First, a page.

CHAIR’S 3 MINUTES
Published in the Maui News, March 11, 2018
By: Mike White
In early February, President Donald Trump released his long-awaited federal infrastructure plan, outlining a proposal to spend federal dollars on infrastructure projects nationwide.
At the core, the plan provides $200 billion in federal money to counties and states with the theory it can be leveraged into $1.5 trillion in infrastructure improvements throughout America. The additional funds would mainly be generated through local and state tax dollars and private investment.
Although $200 billion seems like a great deal of funding, when it is spread throughout the entire United States, it is very little. For years, the federal government has been a partner in creating and maintaining necessary local infrastructure. Traditionally, for qualifying projects, the county or state would generate enough revenue for 20 percent of a project’s cost and the federal government would cover the remaining 80 percent.
Under the Trump proposal, only 20 percent of a project’s eligible costs would qualify for federal funds and it will now be up to states and counties to fund the difference.
Numerous projects would not have been possible or would be delayed without 80 percent matching federal funds. Recent county projects include the reconstruction of Hansen Road, repaving of Baldwin Avenue and the reconstruction of Kaupakalua Road. State projects such as the reconstruction of Haleakala Highway, the Lahaina bypass and the planned Paia bypass would all utilize federal funds.
It is understandable that changes are desired to trim the federal budget to reduce debt, but the Trump proposal is just too drastic. Any changes to the federal match must be phased in slowly to allow for a transition period for local and state governments to adjust.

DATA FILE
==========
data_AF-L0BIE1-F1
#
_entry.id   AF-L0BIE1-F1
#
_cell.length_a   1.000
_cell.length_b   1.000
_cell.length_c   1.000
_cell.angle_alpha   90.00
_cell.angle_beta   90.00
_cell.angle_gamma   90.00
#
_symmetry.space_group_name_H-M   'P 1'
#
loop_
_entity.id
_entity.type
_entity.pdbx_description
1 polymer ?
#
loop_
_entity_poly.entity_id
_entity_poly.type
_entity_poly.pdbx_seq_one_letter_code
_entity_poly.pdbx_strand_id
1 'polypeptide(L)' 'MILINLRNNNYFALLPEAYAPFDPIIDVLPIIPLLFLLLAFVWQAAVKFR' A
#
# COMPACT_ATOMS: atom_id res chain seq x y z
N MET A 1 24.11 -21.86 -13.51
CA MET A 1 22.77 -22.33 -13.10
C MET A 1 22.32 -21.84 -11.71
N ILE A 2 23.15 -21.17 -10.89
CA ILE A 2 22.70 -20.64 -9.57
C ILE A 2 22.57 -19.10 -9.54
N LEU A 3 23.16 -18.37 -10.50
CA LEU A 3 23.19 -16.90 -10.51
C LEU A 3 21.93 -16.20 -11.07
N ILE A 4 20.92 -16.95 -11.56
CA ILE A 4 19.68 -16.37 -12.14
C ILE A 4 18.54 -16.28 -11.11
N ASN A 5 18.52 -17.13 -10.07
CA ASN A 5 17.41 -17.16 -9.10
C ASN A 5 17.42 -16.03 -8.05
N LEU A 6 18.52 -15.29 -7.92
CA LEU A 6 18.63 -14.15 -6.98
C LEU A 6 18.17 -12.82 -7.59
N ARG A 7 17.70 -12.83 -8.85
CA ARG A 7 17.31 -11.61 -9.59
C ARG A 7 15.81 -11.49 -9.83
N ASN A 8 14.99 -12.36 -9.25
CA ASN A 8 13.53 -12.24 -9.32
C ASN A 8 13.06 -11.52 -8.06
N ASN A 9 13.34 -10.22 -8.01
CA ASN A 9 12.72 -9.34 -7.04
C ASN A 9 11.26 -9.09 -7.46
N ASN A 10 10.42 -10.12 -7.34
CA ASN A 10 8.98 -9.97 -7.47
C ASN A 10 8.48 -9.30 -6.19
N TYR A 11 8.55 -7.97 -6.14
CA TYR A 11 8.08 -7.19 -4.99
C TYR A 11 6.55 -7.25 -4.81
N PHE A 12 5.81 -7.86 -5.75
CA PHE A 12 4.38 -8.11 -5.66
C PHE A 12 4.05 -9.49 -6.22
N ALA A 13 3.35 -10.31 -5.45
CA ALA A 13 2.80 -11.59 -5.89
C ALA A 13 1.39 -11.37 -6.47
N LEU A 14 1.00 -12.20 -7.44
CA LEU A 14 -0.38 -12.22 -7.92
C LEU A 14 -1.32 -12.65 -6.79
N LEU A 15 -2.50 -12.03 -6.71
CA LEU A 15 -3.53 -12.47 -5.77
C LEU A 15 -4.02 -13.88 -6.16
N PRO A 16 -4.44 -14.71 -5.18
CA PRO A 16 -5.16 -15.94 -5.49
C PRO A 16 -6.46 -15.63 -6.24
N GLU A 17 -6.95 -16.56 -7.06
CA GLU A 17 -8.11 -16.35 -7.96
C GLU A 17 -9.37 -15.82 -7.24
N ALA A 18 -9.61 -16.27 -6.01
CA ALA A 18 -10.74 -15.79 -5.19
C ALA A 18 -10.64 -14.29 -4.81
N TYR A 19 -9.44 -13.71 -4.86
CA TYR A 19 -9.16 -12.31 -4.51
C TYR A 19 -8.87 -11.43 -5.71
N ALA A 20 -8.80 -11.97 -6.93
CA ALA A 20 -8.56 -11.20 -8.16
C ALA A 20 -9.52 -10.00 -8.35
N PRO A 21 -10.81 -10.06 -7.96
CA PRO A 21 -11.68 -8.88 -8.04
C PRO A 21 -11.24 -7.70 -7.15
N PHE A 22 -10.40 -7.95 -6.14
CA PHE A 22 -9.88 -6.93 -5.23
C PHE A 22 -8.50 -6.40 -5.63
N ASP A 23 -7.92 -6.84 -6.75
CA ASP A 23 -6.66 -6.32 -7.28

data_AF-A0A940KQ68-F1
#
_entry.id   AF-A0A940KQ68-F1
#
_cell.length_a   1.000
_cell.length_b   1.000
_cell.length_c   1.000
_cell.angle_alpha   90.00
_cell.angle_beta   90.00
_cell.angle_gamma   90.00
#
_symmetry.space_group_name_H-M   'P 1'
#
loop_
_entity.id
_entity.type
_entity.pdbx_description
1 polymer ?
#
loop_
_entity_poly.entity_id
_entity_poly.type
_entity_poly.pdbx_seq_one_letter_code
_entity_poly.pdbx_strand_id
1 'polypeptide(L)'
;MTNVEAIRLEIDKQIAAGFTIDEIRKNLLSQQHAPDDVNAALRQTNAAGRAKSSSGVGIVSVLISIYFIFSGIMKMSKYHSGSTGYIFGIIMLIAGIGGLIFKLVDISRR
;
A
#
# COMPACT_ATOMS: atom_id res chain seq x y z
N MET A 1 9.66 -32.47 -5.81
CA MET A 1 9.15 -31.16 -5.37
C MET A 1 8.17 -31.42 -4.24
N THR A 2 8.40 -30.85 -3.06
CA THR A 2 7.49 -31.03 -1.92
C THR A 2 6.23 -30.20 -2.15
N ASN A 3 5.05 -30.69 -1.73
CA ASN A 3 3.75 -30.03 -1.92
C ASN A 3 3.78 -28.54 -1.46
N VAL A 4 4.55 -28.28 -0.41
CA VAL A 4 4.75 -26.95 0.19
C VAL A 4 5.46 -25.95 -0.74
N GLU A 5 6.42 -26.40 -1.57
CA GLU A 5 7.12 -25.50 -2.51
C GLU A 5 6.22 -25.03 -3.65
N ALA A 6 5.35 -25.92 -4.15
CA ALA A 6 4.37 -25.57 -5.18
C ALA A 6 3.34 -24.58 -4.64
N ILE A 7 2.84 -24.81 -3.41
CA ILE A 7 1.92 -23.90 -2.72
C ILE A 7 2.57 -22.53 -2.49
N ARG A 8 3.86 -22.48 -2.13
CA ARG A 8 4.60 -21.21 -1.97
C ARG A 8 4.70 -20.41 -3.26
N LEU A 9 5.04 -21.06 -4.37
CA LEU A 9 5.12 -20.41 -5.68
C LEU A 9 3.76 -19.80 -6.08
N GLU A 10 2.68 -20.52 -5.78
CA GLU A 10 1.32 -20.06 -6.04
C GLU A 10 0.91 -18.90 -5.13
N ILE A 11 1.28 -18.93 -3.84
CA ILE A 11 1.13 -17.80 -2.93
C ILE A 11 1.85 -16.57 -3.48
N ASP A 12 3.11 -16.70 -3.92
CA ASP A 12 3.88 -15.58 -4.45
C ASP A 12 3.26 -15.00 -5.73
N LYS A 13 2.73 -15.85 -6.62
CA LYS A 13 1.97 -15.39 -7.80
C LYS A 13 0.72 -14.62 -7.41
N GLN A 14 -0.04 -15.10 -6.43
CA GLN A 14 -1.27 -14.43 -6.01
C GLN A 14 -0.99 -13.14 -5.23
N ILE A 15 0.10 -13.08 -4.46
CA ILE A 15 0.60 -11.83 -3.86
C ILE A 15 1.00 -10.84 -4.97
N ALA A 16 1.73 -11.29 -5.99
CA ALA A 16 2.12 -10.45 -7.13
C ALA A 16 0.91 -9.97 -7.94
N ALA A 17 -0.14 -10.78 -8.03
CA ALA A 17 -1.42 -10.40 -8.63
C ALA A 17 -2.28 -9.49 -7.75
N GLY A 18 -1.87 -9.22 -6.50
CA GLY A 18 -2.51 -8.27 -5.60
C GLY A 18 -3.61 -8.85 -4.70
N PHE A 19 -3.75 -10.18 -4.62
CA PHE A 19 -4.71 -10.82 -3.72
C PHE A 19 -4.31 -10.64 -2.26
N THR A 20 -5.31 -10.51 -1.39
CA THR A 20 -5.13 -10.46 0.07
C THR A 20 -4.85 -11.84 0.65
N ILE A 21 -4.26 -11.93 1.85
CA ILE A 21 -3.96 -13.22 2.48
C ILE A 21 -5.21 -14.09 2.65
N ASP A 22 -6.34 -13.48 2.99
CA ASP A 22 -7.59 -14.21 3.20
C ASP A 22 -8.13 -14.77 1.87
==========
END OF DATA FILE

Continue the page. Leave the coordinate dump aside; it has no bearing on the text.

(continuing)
Federal leaders must also understand that rural communities such as those in Hawaii have very limited opportunities for public-private partnerships. An example given by the administration of a public-private partnership is the use of toll roads. Private companies would take on the risk and generate the needed capital to develop a road and then assess a fee for its use in perpetuity. This may work in large municipalities, but there has been very little interest for this to become a reality in Hawaii.
Trump’s infrastructure plan was one of the many topics covered in depth last week at the National Association of Counties Legislative Conference in Washington, D.C. County Council Members Riki Hokama and Yuki Lei Sugimura represented Maui County and Hawaii at the conference. Hokama is a past president of NACo.
Hokama and Sugimura joined thousands of other county officials and interfaced with not only Hawaii’s congressional delegation, but also other key federal leaders.
The infrastructure plan is a concern for many counties across the United States, and fortunately Hawaii’s congressional delegation believes it will not work.
In fact, both House and Senate Democrats have announced their own counter proposal for infrastructure, which calls for at minimum, $1 trillion in federal spending.
It is clear there is no consensus on funding levels in Congress, but there is one provision of the plan that may assist counties.
The proposal includes a provision to shorten the time and expense of getting federal permits by consolidating the reviews conducted by different agencies and cut federal permitting to two years, down from five to 10. This likely would help county and state projects get done at a quicker pace.
Although the federal government may seem quite a distance away from local government, its decisions matter and impact our daily lives.
Closely monitoring this plan throughout the legislative process will be important, but no matter what happens in Washington, D.C., the council is committed to taking action and finding ways to improve our local infrastructure.